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Cry (CSTO) Ransomware Uses Google Maps, UDP and Imgur (Removal Guide)

Ransomware is quickly becoming a major threat in the cyber space since it’s easy to use, hard to track and decrypt and the ROI is high. As a result, it’s evolving and improving with horrific speed.

Cry ransomware, for example, also known as Central Security Treatment Organization and CSTO uses the User Datagram Protocol (UDP) to communicate and Imgur and Google Maps to spread itself. Although it’s a rather simple encryption Trojan, and not sophisticated like Zepto or Cerber3, Cry ransomware should not be underrated as no decryption for it has yet been found, and experts say it has affected 8,000 users in just 2 weeks.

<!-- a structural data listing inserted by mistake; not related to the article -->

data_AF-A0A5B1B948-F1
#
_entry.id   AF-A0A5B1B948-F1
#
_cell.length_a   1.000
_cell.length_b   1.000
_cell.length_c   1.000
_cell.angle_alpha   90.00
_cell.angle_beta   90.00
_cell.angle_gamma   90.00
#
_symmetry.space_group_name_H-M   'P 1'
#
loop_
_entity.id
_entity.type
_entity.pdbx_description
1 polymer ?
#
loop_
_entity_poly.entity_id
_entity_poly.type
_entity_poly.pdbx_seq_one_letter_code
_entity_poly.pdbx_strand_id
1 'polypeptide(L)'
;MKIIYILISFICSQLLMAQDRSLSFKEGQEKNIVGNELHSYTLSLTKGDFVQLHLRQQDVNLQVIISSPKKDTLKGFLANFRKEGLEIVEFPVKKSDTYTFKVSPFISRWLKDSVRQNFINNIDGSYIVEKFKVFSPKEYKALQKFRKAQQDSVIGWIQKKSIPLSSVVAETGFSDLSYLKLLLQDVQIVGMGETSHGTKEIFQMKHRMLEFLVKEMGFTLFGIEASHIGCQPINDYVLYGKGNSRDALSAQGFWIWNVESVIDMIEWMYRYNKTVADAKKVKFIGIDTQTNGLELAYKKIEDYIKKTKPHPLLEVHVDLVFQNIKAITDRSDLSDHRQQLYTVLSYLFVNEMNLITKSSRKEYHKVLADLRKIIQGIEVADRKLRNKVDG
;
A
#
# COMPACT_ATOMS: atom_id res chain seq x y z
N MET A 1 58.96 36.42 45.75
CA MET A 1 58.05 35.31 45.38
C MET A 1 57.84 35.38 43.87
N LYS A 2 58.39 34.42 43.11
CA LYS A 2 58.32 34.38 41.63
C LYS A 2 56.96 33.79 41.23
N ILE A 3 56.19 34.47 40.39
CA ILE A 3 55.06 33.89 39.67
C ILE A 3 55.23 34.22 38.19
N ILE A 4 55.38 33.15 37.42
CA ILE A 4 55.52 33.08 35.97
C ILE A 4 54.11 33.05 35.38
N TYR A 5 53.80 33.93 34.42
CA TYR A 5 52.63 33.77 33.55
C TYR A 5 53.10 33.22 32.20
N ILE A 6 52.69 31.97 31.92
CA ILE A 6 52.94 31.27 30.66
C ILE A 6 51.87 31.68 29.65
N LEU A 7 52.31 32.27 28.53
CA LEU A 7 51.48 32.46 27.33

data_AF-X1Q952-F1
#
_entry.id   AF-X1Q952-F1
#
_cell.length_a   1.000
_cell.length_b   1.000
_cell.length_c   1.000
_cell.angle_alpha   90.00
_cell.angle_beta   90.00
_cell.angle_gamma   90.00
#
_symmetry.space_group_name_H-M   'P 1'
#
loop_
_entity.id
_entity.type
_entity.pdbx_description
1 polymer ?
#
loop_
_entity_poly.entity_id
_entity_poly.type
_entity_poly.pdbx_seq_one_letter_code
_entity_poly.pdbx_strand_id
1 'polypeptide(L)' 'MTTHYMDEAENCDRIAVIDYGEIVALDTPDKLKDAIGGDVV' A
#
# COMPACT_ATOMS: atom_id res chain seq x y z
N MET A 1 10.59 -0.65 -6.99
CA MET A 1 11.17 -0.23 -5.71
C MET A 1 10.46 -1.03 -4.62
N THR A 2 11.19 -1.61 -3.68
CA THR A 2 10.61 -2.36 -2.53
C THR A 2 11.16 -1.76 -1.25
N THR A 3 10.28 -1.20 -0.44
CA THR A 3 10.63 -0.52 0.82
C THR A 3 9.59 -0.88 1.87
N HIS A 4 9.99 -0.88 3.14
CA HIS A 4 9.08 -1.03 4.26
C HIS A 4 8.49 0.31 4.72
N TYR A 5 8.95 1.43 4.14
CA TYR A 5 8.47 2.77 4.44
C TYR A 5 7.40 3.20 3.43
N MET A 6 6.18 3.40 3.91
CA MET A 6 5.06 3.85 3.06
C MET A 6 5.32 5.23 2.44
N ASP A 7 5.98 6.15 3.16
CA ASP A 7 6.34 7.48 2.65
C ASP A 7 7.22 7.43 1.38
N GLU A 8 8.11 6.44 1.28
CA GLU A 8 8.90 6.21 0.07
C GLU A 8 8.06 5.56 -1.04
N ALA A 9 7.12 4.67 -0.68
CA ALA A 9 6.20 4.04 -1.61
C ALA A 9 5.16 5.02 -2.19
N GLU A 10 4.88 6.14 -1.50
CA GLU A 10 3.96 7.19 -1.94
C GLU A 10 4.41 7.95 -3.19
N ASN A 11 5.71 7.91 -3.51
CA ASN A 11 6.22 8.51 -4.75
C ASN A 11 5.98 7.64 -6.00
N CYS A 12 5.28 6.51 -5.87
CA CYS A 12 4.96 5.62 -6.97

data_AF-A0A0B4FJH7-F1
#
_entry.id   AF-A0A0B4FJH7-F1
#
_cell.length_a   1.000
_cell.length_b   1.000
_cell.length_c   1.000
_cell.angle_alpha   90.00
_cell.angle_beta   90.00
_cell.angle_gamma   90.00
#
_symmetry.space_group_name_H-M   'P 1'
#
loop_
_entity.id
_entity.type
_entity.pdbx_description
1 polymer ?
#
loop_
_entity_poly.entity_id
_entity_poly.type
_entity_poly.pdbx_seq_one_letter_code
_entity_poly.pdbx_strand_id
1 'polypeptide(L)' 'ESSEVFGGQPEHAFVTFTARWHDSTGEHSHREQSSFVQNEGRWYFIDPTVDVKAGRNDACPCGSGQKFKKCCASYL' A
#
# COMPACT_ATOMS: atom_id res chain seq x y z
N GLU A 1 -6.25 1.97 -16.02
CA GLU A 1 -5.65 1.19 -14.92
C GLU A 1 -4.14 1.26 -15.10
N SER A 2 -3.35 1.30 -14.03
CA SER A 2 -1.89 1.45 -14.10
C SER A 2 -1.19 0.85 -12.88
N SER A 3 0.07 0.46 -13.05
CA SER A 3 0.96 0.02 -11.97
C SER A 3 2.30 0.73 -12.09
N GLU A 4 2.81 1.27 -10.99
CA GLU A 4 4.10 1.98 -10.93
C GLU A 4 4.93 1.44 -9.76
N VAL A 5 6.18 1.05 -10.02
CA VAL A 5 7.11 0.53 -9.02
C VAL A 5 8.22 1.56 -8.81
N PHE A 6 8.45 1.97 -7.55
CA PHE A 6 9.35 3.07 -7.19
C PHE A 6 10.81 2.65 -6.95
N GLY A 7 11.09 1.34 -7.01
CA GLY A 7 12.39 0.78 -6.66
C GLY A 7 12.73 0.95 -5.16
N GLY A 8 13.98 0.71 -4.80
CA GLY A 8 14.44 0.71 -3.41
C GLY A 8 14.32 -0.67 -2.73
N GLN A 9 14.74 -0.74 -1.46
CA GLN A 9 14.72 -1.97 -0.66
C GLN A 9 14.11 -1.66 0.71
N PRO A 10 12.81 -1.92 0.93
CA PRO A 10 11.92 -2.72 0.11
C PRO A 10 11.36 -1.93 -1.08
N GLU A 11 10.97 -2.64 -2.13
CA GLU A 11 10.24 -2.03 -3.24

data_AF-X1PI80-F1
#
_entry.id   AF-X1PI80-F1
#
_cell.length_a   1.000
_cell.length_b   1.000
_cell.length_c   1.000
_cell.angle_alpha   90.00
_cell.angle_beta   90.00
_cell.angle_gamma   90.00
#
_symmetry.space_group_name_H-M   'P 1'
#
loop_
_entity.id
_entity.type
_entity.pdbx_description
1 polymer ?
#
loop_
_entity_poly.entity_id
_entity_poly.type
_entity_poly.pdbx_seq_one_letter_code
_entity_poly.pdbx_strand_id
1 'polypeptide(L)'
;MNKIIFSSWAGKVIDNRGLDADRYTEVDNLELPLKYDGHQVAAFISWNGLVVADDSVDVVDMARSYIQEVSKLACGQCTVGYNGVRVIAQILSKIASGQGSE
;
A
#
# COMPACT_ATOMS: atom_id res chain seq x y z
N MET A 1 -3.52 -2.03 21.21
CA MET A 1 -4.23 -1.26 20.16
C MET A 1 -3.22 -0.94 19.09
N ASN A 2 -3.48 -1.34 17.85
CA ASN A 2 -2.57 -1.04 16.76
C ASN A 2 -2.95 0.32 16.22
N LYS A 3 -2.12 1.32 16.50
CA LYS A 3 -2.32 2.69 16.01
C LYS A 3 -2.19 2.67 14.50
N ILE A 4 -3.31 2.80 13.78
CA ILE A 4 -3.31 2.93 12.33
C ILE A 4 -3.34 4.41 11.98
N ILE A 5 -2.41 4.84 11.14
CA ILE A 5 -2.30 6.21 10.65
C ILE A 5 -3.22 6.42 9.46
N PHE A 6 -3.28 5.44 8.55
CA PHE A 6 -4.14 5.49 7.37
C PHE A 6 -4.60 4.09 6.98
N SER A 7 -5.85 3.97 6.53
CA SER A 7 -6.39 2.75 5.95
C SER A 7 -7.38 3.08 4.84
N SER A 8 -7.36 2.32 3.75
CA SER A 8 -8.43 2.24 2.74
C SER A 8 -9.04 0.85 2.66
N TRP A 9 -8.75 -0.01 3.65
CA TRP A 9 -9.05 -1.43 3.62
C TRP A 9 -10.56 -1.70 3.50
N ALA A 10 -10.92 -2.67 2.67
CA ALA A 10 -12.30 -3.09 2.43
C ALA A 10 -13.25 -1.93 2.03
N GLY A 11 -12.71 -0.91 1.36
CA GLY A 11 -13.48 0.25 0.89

Threat Summary

Name Cry (CSTO) Ransomware
Type Ransomware
Short Description Encrypts the user’s files with a strong encryption algorithm and requests to contact e-mail address to make a ransom payoff of approximately 2000 dolalrs in BitCoin.
Symptoms Files are encrypted and become inaccessible and a .cry file extension is being added to them. A ransom note is left as a text file on the desktop.
Distribution Method Spam Emails, Email Attachments, File Sharing Networks.
Detection Tool See If Your System Has Been Affected by Cry (CSTO) Ransomware


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User Experience Join our forum to Discuss Bart Ransomware.

Cry (CSTO) Ransomware Virus Uses UDP, Imgur and Google Maps to Collect and Communicate Victims’ Data